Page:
Sustainability continued to be highlighted as a main goal in 2021, with space activities and technologies becoming cheaper, durable and cleaner due to the emergence of cost-effective manufacturing techniques and the development of reusable parts and rockets, which significantly reduce the externalities and cost of space research, launch and exploration.

But, as access to space technologies becomes further affordable and space becomes more crowded, its challenges become increasingly complex. Space traffic management and debris mitigation are now top priorities, whilst the role of space for achieving the sustainable development goals (SDGs) and environmental, social and governance (ESG) goals is increasingly acknowledged. For instance, in June 2021, G7 Leaders committed to act in order tackle the growing hazard of space debris through the creation of common rules and the active support of space debris removal initiatives, further calling other countries to follow the UN COPUOS Guidelines for the Long-Term Sustainability of Outer Space. And the World Economic Forum developed a Space Sustainability Rating in July 2021, which will begin issuing sustainability certifications to mission operators in 2022.

In Europe, projects are underway for space traffic management, with a European strategy for space traffic management to be issued at the beginning of 2022. In addition, back in 2021, ESA’s Matosinhos Manifesto, approved at the 2021 ESA Ministerial Summit, also highlighted, among other points, the importance of protecting space assets from debris and interference and the role of space in achieving environmental goals. And, on July 2021, ESA and NASA signed a statement of intent to create a strategic partnership seeking the use of space-based Earth observation data to tackle climate change. The US has also, in December 2021, issued its Space Priorities Framework, which also addresses sustainability as a top priority.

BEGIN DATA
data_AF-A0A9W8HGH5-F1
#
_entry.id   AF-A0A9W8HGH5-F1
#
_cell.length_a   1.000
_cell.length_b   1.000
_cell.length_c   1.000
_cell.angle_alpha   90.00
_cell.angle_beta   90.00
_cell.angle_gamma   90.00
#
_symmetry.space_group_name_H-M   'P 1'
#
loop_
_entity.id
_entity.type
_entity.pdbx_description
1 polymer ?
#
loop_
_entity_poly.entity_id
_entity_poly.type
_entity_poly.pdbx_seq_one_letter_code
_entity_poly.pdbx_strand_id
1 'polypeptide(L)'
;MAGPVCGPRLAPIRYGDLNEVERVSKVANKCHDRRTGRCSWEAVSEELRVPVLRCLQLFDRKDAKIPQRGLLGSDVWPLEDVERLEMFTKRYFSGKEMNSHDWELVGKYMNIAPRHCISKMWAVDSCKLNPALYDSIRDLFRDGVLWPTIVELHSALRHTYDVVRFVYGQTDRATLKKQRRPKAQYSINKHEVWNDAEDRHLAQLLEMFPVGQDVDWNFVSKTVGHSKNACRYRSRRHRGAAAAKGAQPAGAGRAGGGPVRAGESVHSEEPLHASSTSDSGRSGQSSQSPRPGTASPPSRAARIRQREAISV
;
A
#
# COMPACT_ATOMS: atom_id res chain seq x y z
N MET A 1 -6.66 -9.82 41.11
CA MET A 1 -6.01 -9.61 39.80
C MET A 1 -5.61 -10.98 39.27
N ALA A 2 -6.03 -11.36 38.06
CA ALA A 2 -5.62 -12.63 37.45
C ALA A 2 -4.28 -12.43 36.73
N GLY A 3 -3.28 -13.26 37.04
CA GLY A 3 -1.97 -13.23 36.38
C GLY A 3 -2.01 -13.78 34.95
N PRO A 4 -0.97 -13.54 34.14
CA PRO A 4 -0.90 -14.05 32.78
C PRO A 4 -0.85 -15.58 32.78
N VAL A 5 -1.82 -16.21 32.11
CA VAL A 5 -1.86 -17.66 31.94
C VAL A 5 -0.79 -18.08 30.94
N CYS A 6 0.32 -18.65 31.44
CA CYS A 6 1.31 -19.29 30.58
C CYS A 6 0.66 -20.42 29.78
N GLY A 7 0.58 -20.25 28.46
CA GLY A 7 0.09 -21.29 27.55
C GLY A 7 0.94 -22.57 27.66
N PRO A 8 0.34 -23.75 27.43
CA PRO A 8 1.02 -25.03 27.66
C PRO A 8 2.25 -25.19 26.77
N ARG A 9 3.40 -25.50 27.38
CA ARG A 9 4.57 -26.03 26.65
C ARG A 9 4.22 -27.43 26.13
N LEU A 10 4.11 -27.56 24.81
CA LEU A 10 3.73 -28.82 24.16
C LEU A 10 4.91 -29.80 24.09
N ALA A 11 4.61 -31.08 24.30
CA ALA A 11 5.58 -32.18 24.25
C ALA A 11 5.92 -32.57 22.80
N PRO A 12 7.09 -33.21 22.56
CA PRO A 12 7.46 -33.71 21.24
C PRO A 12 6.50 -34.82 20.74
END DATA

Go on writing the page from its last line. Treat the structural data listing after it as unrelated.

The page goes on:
In Africa, the use of space technologies for achieving the SDGs is long recognized under Agenda 2063: The Africa We Want, with more than 80 projects underway capitalising on earth observation resources and satellite communications for this purpose.